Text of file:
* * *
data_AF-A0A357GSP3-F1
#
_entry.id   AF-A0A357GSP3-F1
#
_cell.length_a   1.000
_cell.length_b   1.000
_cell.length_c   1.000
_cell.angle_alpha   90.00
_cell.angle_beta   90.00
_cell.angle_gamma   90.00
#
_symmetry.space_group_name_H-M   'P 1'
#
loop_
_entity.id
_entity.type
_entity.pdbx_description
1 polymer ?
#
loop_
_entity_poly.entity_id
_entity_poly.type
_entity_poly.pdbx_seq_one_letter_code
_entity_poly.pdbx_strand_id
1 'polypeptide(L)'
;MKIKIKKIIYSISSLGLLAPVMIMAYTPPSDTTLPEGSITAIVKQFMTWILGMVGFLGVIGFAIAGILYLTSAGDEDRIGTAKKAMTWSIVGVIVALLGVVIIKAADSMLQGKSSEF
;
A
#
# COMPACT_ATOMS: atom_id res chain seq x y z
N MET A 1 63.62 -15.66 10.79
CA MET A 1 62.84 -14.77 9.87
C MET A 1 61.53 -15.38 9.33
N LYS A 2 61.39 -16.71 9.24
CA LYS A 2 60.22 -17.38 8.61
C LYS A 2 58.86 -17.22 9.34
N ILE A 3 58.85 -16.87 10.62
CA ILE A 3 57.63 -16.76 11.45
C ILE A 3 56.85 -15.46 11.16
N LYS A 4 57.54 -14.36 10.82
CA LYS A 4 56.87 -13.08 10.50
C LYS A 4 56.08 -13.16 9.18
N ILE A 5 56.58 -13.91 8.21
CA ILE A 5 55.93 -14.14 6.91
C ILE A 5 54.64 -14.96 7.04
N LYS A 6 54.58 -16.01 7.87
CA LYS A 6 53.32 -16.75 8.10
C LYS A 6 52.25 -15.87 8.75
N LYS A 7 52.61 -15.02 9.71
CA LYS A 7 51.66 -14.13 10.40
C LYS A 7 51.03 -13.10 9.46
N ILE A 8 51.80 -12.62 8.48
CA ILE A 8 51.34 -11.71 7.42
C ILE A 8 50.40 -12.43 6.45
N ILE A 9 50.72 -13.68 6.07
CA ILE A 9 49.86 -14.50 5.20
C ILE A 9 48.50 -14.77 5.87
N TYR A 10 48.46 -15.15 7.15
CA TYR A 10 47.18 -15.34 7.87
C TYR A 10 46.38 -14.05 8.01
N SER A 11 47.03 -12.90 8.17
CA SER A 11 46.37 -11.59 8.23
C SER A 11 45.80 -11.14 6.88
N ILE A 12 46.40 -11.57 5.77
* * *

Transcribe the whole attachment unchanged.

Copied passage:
data_AF-A0A357GSP3-F1
#
_entry.id   AF-A0A357GSP3-F1
#
_cell.length_a   1.000
_cell.length_b   1.000
_cell.length_c   1.000
_cell.angle_alpha   90.00
_cell.angle_beta   90.00
_cell.angle_gamma   90.00
#
_symmetry.space_group_name_H-M   'P 1'
#
loop_
_entity.id
_entity.type
_entity.pdbx_description
1 polymer ?
#
loop_
_entity_poly.entity_id
_entity_poly.type
_entity_poly.pdbx_seq_one_letter_code
_entity_poly.pdbx_strand_id
1 'polypeptide(L)'
;MKIKIKKIIYSISSLGLLAPVMIMAYTPPSDTTLPEGSITAIVKQFMTWILGMVGFLGVIGFAIAGILYLTSAGDEDRIGTAKKAMTWSIVGVIVALLGVVIIKAADSMLQGKSSEF
;
A
#
# COMPACT_ATOMS: atom_id res chain seq x y z
N MET A 1 63.62 -15.66 10.79
CA MET A 1 62.84 -14.77 9.87
C MET A 1 61.53 -15.38 9.33
N LYS A 2 61.39 -16.71 9.24
CA LYS A 2 60.22 -17.38 8.61
C LYS A 2 58.86 -17.22 9.34
N ILE A 3 58.85 -16.87 10.62
CA ILE A 3 57.63 -16.76 11.45
C ILE A 3 56.85 -15.46 11.16
N LYS A 4 57.54 -14.36 10.82
CA LYS A 4 56.87 -13.08 10.50
C LYS A 4 56.08 -13.16 9.18
N ILE A 5 56.58 -13.91 8.21
CA ILE A 5 55.93 -14.14 6.91
C ILE A 5 54.64 -14.96 7.04
N LYS A 6 54.58 -16.01 7.87
CA LYS A 6 53.32 -16.75 8.10
C LYS A 6 52.25 -15.87 8.75
N LYS A 7 52.61 -15.02 9.71
CA LYS A 7 51.66 -14.13 10.40
C LYS A 7 51.03 -13.10 9.46
N ILE A 8 51.80 -12.62 8.48
CA ILE A 8 51.34 -11.71 7.42
C ILE A 8 50.40 -12.43 6.45
N ILE A 9 50.72 -13.68 6.07
CA ILE A 9 49.86 -14.50 5.20
C ILE A 9 48.50 -14.77 5.87
N TYR A 10 48.46 -15.15 7.15
CA TYR A 10 47.18 -15.34 7.87
C TYR A 10 46.38 -14.05 8.01
N SER A 11 47.03 -12.90 8.17
CA SER A 11 46.37 -11.59 8.23
C SER A 11 45.80 -11.14 6.88
N ILE A 12 46.40 -11.57 5.77